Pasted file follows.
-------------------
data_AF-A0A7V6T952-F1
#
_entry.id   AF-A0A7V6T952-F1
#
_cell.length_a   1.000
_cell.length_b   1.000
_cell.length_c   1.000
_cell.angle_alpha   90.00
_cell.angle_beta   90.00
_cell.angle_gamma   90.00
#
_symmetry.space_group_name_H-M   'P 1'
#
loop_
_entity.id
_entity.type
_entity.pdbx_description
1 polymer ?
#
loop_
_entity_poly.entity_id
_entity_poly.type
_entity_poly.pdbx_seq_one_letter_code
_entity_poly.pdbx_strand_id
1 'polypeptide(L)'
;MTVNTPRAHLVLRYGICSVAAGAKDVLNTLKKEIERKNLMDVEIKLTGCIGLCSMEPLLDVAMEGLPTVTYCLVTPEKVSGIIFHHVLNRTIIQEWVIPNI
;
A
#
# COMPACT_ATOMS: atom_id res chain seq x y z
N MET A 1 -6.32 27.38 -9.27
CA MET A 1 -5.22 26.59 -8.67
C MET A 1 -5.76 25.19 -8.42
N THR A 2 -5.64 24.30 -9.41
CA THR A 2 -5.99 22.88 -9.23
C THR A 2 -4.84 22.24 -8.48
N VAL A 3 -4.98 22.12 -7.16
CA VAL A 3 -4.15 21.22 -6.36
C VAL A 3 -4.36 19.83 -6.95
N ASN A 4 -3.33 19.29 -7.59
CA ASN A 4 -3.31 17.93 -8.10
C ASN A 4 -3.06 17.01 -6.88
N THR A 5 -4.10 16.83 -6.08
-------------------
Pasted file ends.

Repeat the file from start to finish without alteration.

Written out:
data_AF-A0A7V6T952-F1
#
_entry.id   AF-A0A7V6T952-F1
#
_cell.length_a   1.000
_cell.length_b   1.000
_cell.length_c   1.000
_cell.angle_alpha   90.00
_cell.angle_beta   90.00
_cell.angle_gamma   90.00
#
_symmetry.space_group_name_H-M   'P 1'
#
loop_
_entity.id
_entity.type
_entity.pdbx_description
1 polymer ?
#
loop_
_entity_poly.entity_id
_entity_poly.type
_entity_poly.pdbx_seq_one_letter_code
_entity_poly.pdbx_strand_id
1 'polypeptide(L)'
;MTVNTPRAHLVLRYGICSVAAGAKDVLNTLKKEIERKNLMDVEIKLTGCIGLCSMEPLLDVAMEGLPTVTYCLVTPEKVSGIIFHHVLNRTIIQEWVIPNI
;
A
#
# COMPACT_ATOMS: atom_id res chain seq x y z
N MET A 1 -6.32 27.38 -9.27
CA MET A 1 -5.22 26.59 -8.67
C MET A 1 -5.76 25.19 -8.42
N THR A 2 -5.64 24.30 -9.41
CA THR A 2 -5.99 22.88 -9.23
C THR A 2 -4.84 22.24 -8.48
N VAL A 3 -4.98 22.12 -7.16
CA VAL A 3 -4.15 21.22 -6.36
C VAL A 3 -4.36 19.83 -6.95
N ASN A 4 -3.33 19.29 -7.59
CA ASN A 4 -3.31 17.93 -8.10
C ASN A 4 -3.06 17.01 -6.88
N THR A 5 -4.10 16.83 -6.08